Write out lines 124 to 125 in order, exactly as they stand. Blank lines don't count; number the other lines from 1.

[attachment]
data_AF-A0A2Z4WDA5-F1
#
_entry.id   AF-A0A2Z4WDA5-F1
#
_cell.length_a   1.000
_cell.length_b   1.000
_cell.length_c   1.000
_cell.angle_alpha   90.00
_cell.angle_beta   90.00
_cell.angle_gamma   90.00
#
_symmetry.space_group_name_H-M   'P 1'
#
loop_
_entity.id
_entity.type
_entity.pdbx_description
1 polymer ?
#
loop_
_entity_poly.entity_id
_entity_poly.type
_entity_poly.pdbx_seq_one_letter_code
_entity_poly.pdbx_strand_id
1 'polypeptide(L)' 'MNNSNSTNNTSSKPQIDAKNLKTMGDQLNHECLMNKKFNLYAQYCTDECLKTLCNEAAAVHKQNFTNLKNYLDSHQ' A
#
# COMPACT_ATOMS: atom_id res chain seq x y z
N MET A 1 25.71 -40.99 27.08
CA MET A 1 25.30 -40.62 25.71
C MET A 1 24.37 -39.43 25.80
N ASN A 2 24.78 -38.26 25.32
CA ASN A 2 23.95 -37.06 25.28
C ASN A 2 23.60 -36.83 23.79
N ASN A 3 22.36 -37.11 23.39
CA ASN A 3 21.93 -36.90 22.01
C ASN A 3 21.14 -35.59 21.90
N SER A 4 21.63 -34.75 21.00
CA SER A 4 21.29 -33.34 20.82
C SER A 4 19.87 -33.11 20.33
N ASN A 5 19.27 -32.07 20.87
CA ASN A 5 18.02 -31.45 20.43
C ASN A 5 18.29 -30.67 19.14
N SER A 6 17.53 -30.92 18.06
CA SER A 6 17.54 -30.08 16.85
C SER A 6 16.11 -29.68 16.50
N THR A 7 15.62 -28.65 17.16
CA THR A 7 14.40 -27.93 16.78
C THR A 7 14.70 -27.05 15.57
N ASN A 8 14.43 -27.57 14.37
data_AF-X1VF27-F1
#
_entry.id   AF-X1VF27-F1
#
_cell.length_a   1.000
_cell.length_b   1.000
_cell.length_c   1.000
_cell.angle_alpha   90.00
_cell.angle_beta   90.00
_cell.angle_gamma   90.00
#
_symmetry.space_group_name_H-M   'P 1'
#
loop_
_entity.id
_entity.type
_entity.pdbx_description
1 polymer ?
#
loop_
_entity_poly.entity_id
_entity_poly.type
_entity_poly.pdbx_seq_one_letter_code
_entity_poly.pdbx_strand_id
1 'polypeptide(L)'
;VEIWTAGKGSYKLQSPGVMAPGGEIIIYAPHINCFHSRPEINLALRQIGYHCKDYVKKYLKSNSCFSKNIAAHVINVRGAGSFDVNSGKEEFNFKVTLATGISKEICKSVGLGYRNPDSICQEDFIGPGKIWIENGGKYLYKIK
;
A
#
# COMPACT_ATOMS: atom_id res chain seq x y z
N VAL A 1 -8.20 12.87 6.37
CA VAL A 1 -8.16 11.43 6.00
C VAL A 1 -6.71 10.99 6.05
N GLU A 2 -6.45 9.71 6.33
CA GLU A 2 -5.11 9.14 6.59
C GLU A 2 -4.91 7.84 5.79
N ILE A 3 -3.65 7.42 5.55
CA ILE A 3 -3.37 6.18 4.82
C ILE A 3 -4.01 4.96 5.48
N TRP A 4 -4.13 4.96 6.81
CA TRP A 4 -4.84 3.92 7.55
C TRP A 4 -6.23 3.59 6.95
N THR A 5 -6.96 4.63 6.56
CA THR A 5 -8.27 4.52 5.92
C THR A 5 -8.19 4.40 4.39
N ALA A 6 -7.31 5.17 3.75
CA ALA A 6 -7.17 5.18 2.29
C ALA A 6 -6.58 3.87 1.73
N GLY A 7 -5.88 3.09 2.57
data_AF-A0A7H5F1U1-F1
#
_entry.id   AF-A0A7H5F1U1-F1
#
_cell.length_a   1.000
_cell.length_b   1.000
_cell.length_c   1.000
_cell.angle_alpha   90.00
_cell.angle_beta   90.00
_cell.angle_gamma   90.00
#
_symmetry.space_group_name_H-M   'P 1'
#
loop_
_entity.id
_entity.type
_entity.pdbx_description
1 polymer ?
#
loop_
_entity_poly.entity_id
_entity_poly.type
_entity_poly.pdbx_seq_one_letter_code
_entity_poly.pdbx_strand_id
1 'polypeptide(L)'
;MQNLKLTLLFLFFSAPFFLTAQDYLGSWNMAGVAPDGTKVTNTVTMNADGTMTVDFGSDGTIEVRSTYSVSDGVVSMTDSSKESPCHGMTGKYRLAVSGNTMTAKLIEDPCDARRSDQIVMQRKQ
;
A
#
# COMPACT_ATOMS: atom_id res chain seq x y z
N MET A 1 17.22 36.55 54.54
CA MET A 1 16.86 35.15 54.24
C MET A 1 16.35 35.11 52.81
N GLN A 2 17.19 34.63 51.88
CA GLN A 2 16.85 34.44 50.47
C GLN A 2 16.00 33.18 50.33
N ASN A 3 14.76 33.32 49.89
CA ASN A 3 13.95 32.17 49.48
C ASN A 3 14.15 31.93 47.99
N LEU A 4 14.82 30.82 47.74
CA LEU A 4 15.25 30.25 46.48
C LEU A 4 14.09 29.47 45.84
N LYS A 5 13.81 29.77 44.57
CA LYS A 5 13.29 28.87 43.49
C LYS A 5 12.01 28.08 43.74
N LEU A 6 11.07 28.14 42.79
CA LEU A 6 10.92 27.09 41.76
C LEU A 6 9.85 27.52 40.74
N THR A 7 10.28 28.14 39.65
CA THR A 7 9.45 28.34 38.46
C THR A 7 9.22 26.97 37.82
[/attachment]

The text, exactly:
;MQNLKLTLLFLFFSAPFFLTAQDYLGSWNMAGVAPDGTKVTNTVTMNADGTMTVDFGSDGTIEVRSTYSVSDGVVSMTDSSKESPCHGMTGKYRLAVSGNTMTAKLIEDPCDARRSDQIVMQRKQ
;